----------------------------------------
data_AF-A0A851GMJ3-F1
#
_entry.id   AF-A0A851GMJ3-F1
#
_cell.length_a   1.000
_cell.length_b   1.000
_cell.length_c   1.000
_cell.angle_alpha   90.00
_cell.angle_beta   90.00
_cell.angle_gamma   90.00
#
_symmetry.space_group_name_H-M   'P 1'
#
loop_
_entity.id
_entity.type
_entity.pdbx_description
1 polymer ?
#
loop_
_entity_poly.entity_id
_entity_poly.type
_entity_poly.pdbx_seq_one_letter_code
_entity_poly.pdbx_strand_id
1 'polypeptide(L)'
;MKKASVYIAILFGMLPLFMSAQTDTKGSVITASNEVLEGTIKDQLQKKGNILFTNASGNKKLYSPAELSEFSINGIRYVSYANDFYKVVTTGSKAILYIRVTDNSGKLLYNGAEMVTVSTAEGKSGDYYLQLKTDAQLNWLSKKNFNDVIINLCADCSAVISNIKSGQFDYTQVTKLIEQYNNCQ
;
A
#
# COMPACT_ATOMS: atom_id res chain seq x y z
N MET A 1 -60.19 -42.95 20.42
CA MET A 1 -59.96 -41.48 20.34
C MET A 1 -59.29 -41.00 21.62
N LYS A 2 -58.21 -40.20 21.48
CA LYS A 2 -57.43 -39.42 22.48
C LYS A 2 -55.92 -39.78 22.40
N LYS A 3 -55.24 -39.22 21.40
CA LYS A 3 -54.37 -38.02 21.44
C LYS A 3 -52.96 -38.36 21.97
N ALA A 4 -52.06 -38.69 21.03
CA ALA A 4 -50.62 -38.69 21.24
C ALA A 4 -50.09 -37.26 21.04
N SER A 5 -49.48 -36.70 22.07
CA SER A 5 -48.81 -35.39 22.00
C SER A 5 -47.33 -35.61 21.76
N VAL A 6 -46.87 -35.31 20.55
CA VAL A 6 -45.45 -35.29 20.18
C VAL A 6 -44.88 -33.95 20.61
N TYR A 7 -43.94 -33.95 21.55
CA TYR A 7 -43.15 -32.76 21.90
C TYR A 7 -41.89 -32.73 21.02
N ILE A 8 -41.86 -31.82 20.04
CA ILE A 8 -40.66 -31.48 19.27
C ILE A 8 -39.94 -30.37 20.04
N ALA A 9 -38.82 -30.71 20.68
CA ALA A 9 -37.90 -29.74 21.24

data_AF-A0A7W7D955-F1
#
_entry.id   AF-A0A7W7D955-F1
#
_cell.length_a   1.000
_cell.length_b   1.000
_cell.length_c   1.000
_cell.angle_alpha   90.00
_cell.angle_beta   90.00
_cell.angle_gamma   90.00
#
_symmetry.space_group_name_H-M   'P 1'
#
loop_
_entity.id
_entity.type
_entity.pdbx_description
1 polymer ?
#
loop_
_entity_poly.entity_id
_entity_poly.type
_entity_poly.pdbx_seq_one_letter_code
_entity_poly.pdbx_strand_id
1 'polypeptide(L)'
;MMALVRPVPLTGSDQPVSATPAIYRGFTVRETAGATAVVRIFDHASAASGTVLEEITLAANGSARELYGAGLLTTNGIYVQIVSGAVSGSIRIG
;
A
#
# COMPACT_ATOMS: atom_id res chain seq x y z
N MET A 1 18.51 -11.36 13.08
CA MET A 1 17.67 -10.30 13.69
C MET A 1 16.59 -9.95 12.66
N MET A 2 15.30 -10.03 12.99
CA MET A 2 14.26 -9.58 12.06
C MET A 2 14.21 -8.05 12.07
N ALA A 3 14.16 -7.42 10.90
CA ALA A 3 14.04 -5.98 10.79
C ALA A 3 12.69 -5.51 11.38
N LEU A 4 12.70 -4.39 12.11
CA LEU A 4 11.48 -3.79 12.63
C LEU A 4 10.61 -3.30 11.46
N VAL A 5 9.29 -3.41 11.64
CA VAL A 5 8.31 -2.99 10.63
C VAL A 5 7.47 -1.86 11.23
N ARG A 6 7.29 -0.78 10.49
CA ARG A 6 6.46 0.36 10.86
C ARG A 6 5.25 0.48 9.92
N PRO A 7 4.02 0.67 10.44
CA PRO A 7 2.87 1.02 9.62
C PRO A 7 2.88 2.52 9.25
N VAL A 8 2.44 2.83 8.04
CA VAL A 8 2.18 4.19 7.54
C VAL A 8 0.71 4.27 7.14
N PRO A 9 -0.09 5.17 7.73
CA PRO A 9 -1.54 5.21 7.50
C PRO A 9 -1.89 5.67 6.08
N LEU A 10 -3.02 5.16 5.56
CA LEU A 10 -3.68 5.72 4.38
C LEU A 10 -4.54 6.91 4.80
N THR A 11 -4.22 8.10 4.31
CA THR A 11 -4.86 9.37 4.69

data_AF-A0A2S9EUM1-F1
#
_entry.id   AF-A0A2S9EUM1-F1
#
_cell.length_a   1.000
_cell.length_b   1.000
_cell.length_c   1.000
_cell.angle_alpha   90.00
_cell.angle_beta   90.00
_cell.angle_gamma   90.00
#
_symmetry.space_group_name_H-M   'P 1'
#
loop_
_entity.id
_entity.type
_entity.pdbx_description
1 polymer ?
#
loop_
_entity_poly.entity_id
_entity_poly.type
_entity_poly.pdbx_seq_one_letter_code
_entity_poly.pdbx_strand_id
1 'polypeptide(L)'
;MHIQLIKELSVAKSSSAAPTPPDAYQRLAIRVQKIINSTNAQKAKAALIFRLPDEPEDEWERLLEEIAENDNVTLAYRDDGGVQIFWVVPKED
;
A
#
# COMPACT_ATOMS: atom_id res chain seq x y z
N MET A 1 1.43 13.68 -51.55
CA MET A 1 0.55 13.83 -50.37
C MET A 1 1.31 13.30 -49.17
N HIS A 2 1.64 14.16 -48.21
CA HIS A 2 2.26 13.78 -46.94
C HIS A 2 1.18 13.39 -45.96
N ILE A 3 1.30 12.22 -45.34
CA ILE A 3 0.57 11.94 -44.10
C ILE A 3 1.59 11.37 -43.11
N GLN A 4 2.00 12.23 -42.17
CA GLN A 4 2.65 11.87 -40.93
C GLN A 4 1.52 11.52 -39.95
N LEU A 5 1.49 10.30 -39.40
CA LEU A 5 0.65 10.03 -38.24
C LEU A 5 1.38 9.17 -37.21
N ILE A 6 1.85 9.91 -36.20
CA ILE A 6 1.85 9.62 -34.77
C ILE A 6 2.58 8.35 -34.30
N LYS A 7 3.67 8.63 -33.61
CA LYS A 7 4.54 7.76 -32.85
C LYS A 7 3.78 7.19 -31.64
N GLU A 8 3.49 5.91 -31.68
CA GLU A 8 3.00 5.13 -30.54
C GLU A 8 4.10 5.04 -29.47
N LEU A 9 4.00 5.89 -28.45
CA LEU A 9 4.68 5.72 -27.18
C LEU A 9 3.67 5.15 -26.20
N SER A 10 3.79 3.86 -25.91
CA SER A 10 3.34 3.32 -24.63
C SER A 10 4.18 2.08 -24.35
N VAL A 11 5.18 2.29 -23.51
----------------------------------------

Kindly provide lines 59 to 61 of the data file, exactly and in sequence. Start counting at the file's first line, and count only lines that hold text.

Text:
_entry.id   AF-A0A7W7D955-F1
#
_cell.length_a   1.000